A Fifty-Cent Canadian Loonie?
Jude Wanniski
May 25, 2000


To: Steven Theobald, Toronto Star
From: Jude Wanniski
Re: Robert Mundell in Toronto

Your account in the Star business section yesterday of Robert Mundell’s speech to the Canadian Club at its Tuesday lunch was a fair and accurate account. I flew to Toronto to attend the Club’s celebration of Canada’s first Nobel Laureate in economics and heard both his speech and part of your interview that followed. There was, though, something of a disconnect, which I think led to your rather scornful view of his assertion that the Canadian dollar, now worth only 66 cents in U.S. coins, is on a path toward 50 cents and that Canada would do well to think of fixing the “loonie,” as you term your dollar with its picture of a Canadian loon, to the U.S. greenback. “Canadian Dollar’s Future Grim, Economist Warns,” the headline read, with Mundell stating “In the long run, the path of the Canadian dollar is down.” You noted that “Mundell said he could see the loonie eventually hitting the 50-cent mark but didn’t explain why. He did predict that the next economic downturn ‘will be hurtful’ to the loonie.” And you added: “Most economists disagree with the idea of pegging the loonie to the dollar. The strongest argument against it would be that Canada would give up the ability to manage its economy, including setting interest rates. It’s better to let the dollar float, said John McCallum, chief economist of the Royal Bank of Canada. ‘A pegged exchange rate is a sitting duck for speculative attacks,’ he said. ‘The vulnerability is huge.’”

As I tried to explain to you after seeing you frustrated in your interview, Mundell’s reasoning was not as clear as it could have been, but to those who have known him for 25 years, the logic is flawless. You are right that “most economists” believe a fixed rate would prevent Canada from “managing its economy,” but Mundell got his Nobel Prize for his work 40 years ago on optimal currency areas. This would argue that a small economy’s like Canada’s, less than a tenth the size of the U.S. economy, would have more to gain than to lose by fixing the loonie to the greenback. It would lose the ability to “manage its economy” by manipulating interest rates, but as Mundell noted in his speech, monetary policy should be devoted to stabilizing the value of the currency and that if the Canadian economy becomes sluggish, it should use fiscal policy to revitalize it, by lowering tax rates where they are too high. Most of the economic sluggishness in the world, including the seemingly perpetual weakness of Canada’s economy, is the result of the neo-Keynesian insistence on assigning fiscal policy to fight inflation and monetary policy to energize economic activity. For 40 years, Mundell has disagreed with the idea that you raise taxes to fight inflation and devalue the currency to boost the economy, as John McCallum of the Royal Bank of Canada apparently would prescribe. Keep monetary policy tight to prevent inflation and cut tax rates to expand the economy, especially where they are higher than they need to be.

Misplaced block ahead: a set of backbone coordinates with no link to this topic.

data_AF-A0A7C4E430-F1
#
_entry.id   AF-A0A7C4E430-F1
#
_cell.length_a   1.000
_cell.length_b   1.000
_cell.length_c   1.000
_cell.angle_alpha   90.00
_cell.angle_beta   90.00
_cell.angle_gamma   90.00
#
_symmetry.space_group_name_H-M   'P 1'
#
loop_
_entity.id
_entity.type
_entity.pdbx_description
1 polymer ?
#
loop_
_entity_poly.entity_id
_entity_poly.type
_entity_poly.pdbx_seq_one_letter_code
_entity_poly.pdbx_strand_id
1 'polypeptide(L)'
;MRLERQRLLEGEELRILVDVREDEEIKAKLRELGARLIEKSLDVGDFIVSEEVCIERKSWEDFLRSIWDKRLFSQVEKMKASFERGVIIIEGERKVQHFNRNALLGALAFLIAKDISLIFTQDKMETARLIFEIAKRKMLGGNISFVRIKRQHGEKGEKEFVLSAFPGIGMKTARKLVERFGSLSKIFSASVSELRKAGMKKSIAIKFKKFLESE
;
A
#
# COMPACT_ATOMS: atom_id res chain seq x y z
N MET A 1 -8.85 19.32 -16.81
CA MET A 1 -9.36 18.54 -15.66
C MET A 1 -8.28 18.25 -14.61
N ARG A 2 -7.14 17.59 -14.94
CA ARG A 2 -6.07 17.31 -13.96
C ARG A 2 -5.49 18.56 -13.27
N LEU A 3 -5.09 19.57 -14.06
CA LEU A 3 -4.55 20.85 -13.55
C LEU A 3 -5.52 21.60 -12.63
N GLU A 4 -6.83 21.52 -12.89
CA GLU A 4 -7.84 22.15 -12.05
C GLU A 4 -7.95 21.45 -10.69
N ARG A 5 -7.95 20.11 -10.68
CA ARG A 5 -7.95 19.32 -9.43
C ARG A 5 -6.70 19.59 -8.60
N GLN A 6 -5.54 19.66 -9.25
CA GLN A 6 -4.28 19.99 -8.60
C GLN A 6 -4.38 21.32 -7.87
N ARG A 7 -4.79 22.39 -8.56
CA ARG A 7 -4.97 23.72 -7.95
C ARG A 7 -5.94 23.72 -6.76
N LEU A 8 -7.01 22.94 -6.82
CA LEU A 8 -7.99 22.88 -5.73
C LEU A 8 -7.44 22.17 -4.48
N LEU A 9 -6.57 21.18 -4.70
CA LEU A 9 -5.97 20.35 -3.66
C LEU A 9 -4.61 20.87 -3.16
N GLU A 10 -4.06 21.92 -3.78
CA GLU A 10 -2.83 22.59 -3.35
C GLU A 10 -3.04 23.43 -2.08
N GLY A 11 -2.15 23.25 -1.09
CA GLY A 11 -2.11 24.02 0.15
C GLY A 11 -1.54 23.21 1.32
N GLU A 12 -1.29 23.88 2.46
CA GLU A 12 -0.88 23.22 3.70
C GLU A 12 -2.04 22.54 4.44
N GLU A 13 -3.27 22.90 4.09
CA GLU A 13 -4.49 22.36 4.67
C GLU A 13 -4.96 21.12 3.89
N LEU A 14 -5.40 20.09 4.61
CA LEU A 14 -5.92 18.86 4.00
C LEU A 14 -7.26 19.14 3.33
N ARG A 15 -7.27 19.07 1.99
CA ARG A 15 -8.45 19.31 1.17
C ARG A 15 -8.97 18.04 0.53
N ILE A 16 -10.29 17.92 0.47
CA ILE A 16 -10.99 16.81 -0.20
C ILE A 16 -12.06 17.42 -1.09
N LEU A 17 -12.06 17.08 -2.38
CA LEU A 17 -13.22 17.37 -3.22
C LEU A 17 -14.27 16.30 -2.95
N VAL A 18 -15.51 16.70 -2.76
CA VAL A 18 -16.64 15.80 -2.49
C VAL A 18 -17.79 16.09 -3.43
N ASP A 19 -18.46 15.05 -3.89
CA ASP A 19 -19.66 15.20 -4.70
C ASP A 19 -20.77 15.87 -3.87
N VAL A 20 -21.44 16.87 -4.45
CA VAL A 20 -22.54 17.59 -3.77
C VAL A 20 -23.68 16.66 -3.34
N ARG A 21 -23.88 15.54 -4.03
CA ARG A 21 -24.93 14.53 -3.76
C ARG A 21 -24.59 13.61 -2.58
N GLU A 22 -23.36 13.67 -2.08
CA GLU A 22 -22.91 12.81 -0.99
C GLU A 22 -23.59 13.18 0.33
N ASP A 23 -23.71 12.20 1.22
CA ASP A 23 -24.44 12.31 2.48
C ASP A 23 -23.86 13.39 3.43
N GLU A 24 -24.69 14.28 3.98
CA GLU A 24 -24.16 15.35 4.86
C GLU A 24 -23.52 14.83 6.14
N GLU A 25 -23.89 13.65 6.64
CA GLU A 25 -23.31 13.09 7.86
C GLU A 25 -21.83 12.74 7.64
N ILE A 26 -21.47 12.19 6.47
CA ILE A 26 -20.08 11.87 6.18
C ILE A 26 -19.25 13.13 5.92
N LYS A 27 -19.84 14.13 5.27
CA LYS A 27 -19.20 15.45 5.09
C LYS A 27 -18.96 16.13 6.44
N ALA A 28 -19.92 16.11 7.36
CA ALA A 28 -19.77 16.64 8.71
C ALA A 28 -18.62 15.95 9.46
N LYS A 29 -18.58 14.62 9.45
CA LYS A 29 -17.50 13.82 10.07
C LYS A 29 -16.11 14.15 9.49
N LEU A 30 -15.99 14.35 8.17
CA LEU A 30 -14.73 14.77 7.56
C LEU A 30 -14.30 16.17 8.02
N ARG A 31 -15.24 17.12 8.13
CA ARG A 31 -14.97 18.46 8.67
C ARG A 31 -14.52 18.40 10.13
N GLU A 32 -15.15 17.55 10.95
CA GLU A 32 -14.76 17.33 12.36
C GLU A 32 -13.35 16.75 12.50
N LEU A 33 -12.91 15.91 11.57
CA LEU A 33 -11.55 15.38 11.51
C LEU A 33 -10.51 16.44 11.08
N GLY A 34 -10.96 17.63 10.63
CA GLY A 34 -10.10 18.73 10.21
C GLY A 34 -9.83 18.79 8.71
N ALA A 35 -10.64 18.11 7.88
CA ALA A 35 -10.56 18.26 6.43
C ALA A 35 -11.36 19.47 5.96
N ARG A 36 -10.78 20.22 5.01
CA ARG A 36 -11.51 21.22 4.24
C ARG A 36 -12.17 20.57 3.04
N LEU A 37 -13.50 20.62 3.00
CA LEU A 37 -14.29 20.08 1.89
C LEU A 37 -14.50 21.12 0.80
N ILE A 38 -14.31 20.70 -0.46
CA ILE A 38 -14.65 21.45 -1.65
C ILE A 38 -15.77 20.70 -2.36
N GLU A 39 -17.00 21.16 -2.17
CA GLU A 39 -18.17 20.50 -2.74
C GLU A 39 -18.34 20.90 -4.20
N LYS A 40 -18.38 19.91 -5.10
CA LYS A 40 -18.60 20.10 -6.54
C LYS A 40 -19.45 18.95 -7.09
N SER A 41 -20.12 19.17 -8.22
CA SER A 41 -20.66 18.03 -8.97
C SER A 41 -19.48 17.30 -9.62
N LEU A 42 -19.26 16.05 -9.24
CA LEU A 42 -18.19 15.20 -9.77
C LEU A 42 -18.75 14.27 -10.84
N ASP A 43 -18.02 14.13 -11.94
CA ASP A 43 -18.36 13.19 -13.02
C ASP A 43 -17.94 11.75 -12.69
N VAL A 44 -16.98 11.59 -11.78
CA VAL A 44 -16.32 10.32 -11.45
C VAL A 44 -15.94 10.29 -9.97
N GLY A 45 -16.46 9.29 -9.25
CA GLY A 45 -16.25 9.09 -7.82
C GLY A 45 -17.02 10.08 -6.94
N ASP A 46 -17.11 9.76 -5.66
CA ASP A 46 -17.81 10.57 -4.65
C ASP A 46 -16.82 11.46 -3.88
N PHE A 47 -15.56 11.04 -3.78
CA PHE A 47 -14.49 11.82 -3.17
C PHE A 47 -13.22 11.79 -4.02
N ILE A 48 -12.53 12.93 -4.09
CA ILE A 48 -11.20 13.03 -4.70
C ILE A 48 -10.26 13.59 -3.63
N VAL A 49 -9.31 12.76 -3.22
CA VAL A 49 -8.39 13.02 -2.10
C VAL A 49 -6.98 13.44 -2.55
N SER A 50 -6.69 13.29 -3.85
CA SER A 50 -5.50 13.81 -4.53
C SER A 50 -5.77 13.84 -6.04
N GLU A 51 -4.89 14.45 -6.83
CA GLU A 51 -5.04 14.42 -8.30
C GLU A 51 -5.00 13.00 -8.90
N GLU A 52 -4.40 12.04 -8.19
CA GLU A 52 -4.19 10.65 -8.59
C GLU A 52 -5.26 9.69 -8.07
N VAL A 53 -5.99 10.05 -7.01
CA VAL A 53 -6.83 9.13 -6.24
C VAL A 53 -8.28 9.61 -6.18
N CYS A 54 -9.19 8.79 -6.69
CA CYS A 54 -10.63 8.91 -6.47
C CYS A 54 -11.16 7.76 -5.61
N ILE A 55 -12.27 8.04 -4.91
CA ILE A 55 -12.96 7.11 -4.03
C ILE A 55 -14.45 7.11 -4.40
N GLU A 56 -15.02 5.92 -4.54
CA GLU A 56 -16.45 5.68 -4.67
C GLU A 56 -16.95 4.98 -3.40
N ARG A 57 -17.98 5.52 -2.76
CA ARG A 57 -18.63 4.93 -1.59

If the Canadian political establishment is committed to the wrong policy mix, every time there is an economic downturn, it will turn to easier monetary policy to lift activity and the automatic result is a devaluation of the currency. Unless the consensus of your political leadership abandons the paradigm that now has it in its grip and adopts the Mundell policy mix, I think you can now see by my step-by-step explanation that the loonie will eventually get to half a buck. And if it does not change its ways at that point, there is no reason why the loonie should not eventually make its way to a penny. Instead of writing this as a letter to the editor of the Toronto Star, I suggest you think this through and write an essay for the editorial page on why you think Mundell may be right, and most economists wrong. To this point of his life as a prophet, Mundell has had almost no recognition in his home land. (How can you be any good if you are a local boy?) What he needs is an intelligent young journalist to take the trouble to recognize his genius as a theoretician and translate those ideas into words the leading people of Toronto and Montreal and Vancouver can understand. It would be a shame that Canada went to all that trouble to give birth to little Bobby Mundell almost 70 years ago, a man who has already changed the history of the world for the better, and not take advantage of his ideas at home.